Sean O'Callaghan (Phil) and Janet Etuk (Grace)
Sean O'Callaghan (Phil) and Janet Etuk (Grace)
© Mark Douet

Misery and indignity can make for compelling theatre, especially when presented with scrubbed, raw naturalism, in real time, with silence and snippets of dialogue, and the rhythm of work, seriously underpaid work, beating like a pulse in the background.

Alexander Zeldin devised and directed this play about zero-hours contract cleaners in a meat factory with five actors at the Yard Theatre last summer, and it's absolutely right of the National to bring it to wider attention in the Temporary Theatre (the former Shed, still awaiting a new baptism).

One of those actors has been replaced, but there's a palpable sense of something deeply felt and deeply desperate going on here, as the lives of the three women from an agency – Grace (Janet Etuk), Susan (Kristin Hutchinson) and Becky (Victoria Moseley) – filter through their quietly stated, confidential scenes with each other, the equally miserable male cleaner Phil (Sean O'Callaghan) and the bullying supervisor on the floor, Ian (Luke Clarke).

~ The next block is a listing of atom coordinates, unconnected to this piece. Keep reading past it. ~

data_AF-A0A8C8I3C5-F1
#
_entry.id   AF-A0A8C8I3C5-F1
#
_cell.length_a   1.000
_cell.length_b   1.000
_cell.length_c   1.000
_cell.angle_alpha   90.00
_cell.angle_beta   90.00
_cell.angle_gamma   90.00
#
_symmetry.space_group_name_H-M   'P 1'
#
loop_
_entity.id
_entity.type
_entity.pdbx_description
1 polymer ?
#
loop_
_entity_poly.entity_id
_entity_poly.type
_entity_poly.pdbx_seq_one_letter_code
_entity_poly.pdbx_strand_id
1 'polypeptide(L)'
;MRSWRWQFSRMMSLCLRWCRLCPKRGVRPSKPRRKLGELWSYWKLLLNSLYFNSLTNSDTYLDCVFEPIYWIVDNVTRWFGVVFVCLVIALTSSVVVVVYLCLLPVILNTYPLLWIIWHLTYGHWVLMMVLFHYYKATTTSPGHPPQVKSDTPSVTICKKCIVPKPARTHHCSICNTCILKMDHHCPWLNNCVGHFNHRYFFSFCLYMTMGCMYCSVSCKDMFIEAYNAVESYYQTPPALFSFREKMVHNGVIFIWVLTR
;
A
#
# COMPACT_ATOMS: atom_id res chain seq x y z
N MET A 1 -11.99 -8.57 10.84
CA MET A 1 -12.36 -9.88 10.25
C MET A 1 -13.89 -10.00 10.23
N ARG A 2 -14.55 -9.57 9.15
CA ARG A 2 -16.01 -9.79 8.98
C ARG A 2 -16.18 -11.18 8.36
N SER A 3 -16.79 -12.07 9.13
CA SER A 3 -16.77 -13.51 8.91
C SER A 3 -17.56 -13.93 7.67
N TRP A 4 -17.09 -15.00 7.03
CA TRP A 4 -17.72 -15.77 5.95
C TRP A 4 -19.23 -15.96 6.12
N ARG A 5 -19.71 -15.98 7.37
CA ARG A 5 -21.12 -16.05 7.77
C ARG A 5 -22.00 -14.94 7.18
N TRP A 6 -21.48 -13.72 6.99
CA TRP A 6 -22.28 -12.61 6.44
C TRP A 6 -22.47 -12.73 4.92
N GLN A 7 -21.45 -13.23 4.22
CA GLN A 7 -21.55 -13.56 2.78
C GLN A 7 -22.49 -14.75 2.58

This is taking the "work" plays of David Storey, Arnold Wesker and Richard Bean through a more obsessively Mike Leigh process of observation and (I would imagine) research, and into a bleak new dimension of working lives at rock bottom.

The repressed tone is set by the demands of ID's for this form of slave, risibly paid, labour, sudden lurches into extra hours when a new sausage with thyme line is being launched, patronising remarks about the staff party being a great opportunity for cleaners to meet the "normal" staff and one absolutely relentless, unwatchable episode of rough, unpleasant sex on the factory floor.

But even this has a warped lyricism about it, the participants being Becky and the supervisor, who's 50 years old. Becky is borderline psychotic, with a child she can't see; Susan very possibly homeless, but unable to admit this to anyone; Grace, the oldest, struggling to cope with rheumatoid arthritis. None of them can afford not to say no to working through the night. And adding insult to injury, the coffee machine keeps swallowing their loose change.

The atmosphere is superbly maintained not just by the high level of acting, but also by the design of Natasha Jenkins (obviously authentic meat factory equipment), lighting of Marc Williams and sound of Josh Grigg. This is the first project by Zeldin and his students from East 15, where he was a guest tutor, and it's so impressive and powerful a start you just wonder if they might not form a creative mini-nucleus within Rufus Norris's new National.

Beyond Caring runs at the NT Temporary Theatre until 16 May.